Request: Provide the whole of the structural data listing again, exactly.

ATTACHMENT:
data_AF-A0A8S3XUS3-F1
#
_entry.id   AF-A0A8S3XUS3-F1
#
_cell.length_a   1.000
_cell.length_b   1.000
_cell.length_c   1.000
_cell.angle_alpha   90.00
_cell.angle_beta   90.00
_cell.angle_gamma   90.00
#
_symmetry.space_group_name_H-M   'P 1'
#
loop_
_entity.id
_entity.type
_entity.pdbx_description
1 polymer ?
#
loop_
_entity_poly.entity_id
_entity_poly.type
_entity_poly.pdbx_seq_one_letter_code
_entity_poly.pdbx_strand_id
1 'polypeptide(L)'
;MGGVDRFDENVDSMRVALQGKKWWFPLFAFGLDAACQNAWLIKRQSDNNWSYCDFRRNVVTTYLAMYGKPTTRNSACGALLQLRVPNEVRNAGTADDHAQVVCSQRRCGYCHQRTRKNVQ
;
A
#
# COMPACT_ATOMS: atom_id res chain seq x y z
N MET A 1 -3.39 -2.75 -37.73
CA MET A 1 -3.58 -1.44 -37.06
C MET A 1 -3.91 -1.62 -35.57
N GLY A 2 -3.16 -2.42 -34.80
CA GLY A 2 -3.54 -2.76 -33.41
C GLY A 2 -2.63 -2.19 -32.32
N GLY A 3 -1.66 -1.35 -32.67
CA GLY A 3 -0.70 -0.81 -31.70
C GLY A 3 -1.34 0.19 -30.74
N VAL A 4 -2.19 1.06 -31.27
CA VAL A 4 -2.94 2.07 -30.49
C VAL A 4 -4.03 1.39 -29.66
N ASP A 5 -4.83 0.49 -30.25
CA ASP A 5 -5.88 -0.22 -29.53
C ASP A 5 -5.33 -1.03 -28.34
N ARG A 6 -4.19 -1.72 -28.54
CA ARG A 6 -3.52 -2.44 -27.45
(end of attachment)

data_AF-A0A8S3XUS3-F1
#
_entry.id   AF-A0A8S3XUS3-F1
#
_cell.length_a   1.000
_cell.length_b   1.000
_cell.length_c   1.000
_cell.angle_alpha   90.00
_cell.angle_beta   90.00
_cell.angle_gamma   90.00
#
_symmetry.space_group_name_H-M   'P 1'
#
loop_
_entity.id
_entity.type
_entity.pdbx_description
1 polymer ?
#
loop_
_entity_poly.entity_id
_entity_poly.type
_entity_poly.pdbx_seq_one_letter_code
_entity_poly.pdbx_strand_id
1 'polypeptide(L)'
;MGGVDRFDENVDSMRVALQGKKWWFPLFAFGLDAACQNAWLIKRQSDNNWSYCDFRRNVVTTYLAMYGKPTTRNSACGALLQLRVPNEVRNAGTADDHAQVVCSQRRCGYCHQRTRKNVQ
;
A
#
# COMPACT_ATOMS: atom_id res chain seq x y z
N MET A 1 -3.39 -2.75 -37.73
CA MET A 1 -3.58 -1.44 -37.06
C MET A 1 -3.91 -1.62 -35.57
N GLY A 2 -3.16 -2.42 -34.80
CA GLY A 2 -3.54 -2.76 -33.41
C GLY A 2 -2.63 -2.19 -32.32
N GLY A 3 -1.66 -1.35 -32.67
CA GLY A 3 -0.70 -0.81 -31.70
C GLY A 3 -1.34 0.19 -30.74
N VAL A 4 -2.19 1.06 -31.27
CA VAL A 4 -2.94 2.07 -30.49
C VAL A 4 -4.03 1.39 -29.66
N ASP A 5 -4.83 0.49 -30.25
CA ASP A 5 -5.88 -0.22 -29.53
C ASP A 5 -5.33 -1.03 -28.34
N ARG A 6 -4.19 -1.72 -28.54
CA ARG A 6 -3.52 -2.44 -27.45